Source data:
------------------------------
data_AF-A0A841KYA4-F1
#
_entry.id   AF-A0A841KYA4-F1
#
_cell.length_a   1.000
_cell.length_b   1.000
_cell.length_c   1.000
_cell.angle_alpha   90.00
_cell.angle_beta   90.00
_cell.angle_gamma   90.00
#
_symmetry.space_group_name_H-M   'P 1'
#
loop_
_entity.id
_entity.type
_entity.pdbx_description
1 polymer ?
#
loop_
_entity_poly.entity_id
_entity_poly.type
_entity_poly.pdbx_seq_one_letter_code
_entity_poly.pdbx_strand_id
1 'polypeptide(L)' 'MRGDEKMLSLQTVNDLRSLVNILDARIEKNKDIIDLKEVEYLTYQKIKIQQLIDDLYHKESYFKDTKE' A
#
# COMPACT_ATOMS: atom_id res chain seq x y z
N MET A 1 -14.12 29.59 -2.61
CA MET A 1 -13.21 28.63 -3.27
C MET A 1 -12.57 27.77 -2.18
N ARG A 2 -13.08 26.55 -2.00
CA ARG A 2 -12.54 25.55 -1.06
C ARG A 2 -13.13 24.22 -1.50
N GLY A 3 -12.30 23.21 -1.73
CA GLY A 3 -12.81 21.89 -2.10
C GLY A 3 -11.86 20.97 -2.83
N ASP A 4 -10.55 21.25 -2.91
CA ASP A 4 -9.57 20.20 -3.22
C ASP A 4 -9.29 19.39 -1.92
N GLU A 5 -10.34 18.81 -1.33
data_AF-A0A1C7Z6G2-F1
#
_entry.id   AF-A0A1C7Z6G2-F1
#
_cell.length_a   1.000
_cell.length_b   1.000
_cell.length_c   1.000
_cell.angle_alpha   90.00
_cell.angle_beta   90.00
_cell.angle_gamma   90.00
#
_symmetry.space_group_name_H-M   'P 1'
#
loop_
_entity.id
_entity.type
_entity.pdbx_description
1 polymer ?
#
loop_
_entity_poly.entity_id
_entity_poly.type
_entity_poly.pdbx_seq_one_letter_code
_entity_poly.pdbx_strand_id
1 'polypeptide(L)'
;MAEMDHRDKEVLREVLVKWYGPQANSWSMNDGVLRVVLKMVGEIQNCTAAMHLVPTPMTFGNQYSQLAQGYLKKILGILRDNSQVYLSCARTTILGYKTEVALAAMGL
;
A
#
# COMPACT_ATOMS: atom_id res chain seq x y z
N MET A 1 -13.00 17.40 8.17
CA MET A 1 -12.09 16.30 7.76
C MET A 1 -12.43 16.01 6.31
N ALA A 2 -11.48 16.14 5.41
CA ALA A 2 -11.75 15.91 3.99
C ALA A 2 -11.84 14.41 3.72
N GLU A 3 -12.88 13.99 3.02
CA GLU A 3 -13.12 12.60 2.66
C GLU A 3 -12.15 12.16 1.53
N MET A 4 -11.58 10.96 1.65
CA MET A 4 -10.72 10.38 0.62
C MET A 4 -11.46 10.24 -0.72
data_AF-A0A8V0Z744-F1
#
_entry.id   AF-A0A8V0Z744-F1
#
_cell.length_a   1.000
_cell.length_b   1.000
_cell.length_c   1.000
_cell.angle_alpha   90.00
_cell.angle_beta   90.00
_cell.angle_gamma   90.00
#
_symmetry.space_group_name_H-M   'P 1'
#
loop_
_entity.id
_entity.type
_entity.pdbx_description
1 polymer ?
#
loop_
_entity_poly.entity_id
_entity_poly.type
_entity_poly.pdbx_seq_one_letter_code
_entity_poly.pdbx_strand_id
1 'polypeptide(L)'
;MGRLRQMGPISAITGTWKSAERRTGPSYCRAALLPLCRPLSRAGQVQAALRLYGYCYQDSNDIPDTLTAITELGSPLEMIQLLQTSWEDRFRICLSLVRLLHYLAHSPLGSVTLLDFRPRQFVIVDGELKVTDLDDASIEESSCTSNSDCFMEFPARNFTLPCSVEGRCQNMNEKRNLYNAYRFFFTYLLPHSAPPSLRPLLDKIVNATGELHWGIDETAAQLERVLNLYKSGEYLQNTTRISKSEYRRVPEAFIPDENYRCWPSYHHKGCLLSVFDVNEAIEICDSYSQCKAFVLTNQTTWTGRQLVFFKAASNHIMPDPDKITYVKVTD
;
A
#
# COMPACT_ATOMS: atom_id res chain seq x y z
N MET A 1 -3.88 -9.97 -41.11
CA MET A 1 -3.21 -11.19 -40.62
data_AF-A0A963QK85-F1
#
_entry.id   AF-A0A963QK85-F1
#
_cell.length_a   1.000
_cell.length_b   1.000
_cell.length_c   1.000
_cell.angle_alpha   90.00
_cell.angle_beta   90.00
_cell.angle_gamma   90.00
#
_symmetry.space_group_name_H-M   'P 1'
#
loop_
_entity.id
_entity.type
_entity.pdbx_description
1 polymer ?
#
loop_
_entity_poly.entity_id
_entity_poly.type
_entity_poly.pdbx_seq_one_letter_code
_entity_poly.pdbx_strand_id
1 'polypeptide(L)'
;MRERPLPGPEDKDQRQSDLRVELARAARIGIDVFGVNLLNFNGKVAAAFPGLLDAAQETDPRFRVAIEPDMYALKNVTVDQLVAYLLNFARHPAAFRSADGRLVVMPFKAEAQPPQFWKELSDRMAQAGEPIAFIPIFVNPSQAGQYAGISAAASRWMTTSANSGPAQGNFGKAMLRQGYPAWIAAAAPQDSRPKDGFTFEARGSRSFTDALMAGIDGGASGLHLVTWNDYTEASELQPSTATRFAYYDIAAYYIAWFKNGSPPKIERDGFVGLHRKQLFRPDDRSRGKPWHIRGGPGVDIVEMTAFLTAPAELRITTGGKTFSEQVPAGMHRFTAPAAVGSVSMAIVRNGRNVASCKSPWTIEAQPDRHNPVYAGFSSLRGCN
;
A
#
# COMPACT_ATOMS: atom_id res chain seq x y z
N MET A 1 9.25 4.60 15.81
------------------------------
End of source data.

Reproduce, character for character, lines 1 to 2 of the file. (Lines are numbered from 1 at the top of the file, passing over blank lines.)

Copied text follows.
data_AF-A0A841KYA4-F1
#